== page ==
SAN FRANCISCO (CN) – California’s attorney general says Fannie Mae and Freddie Mac refused to provide information to the state’s Mortgage Fraud Strike Force, which is investigating the mortgage and foreclosure crisis in California, which has cost more than 768,000 families their homes.
Attorney General Kamala Harris filed separate petitions to enforce investigative interrogatories against Fannie Mae (the Federal National Mortgage Association) and Freddie Mac (the Federal Home Loan Mortgage Corporation.)
“The mortgage and foreclosure crisis has had a devastating impact on the people of
California,” Harris says in her complaint against Freddie Mac. “From January, 2007, through June, 2011, 768,330 residential mortgages have been foreclosed upon in California. Foreclosures not only affect the families who lose their homes, but also the safety, health and welfare of the entire community.
“Foreclosed homes create numerous problems in California. For example, abandoned properties often become venues for a wide range of criminal activity, including prostitution and drug trafficking.
“Foreclosed homes also create health and safety issues such as fires caused by overgrown yards or neglected gas and electrical connections (often damaged by metal thieves). Such fires are particularly hazardous in high-density urban areas where fires can spread quickly to nearby buildings, and in communities that are vulnerable to wildfires. Vacant properties also create opportunities for infestation by rats and vermin and can become dumping grounds for construction debris and garbage.
“Studies by Fannie Mae and others demonstrate that the very presence of vacant homes in a neighborhood significantly affects the value of the remaining properties, reducing the value of other homes on the block by thousands of dollars each.
“Improper foreclosure practices can violate the rights of Californians, including those who serve in the armed forces, or who are members of racial, ethnic or religious minorities.
“In addition to owning thousands of foreclosed homes in California, Freddie Mac issued numerous securities marketed and underwritten by a wide range of parties – and purchased by Californians. Many of those securities are now virtually worthless, and there have been serious accusations of fraud in connection with them. Most recently, the Securities and Exchange Commission (SEC) charged former Freddie Mac senior executives with securities fraud and entered into a non-prosecution agreement with Freddie Mac pursuant to which Freddie Mac does not contest a Statement of Facts about its deceptive and misleading public statements.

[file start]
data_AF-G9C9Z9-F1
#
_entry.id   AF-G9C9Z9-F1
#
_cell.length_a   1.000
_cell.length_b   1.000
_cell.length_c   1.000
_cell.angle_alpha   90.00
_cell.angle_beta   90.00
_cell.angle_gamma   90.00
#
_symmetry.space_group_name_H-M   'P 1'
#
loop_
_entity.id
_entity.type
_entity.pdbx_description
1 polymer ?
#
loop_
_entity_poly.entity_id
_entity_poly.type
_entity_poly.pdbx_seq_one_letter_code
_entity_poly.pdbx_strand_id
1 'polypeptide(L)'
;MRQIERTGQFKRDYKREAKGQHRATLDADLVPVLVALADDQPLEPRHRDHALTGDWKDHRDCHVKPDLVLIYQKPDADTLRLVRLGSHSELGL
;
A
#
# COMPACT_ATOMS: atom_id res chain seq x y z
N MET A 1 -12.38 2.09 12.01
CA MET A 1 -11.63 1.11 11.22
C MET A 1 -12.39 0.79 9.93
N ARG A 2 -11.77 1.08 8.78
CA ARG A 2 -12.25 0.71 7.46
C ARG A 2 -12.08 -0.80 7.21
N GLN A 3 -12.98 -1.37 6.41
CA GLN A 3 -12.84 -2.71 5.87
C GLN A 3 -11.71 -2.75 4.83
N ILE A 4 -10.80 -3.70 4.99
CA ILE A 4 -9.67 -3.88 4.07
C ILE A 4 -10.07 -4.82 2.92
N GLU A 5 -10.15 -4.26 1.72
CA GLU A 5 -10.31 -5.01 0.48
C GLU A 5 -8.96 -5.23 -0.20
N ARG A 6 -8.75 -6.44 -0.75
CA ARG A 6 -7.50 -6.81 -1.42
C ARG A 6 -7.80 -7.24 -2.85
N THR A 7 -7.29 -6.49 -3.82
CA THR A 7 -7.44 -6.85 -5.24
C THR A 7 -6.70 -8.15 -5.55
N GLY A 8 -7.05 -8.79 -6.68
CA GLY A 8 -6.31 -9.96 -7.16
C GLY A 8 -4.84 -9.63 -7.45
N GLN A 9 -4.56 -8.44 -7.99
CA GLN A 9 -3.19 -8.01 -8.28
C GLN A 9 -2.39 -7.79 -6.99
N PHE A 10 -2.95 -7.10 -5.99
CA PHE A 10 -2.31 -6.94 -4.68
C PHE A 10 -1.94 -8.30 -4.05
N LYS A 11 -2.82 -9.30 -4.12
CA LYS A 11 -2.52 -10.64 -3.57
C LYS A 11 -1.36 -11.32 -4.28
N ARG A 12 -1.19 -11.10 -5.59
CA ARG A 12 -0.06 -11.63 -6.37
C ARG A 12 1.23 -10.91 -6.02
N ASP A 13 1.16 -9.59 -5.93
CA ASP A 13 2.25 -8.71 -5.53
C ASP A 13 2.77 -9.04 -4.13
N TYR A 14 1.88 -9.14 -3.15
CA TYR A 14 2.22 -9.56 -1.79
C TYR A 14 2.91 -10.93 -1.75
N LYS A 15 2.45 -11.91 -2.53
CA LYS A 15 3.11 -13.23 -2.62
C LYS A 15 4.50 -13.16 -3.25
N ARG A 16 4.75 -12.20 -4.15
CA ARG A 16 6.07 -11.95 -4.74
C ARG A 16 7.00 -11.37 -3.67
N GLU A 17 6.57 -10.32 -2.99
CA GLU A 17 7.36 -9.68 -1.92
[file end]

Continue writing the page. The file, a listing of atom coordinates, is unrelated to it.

“In light of its central role in the mortgage and foreclosure crisis, Freddie Mac has extensive information that is critical to the Attorney General’s investigation. The Attorney General therefore issued the Investigative Interrogatories to Freddie Mac. The Investigative Interrogatories ask questions that are critical to protecting the health, safety and welfare of California residents and enforcing California law of general applicability. Specifically, the Attorney General seeks information concerning:
“Criminal activity such as drug dealing and prostitution at foreclosed homes owned by Freddie Mac;
“Compliance of Freddie Mac’s loan servicers and property managers with civil rights laws and laws protecting members of our armed forces against unlawful eviction or
“Compliance with California securities laws;
“Compliance with California tax laws; and
“The presence of toxic materials, explosives, weapons or ammunition, overgrown brush or other fire hazards, mosquito-filled pools, or other threats to health and safety at Freddie Mac’s foreclosed properties in California.
“Despite the fact that the Attorney General has authority to issue the Investigative Interrogatories, Freddie Mac has failed and refused to provide any of the information requested by the Attorney General. The People therefore request an order compelling Freddie Mac to answer the Investigative Interrogatories.”
Both complaints were filed in Superior Court.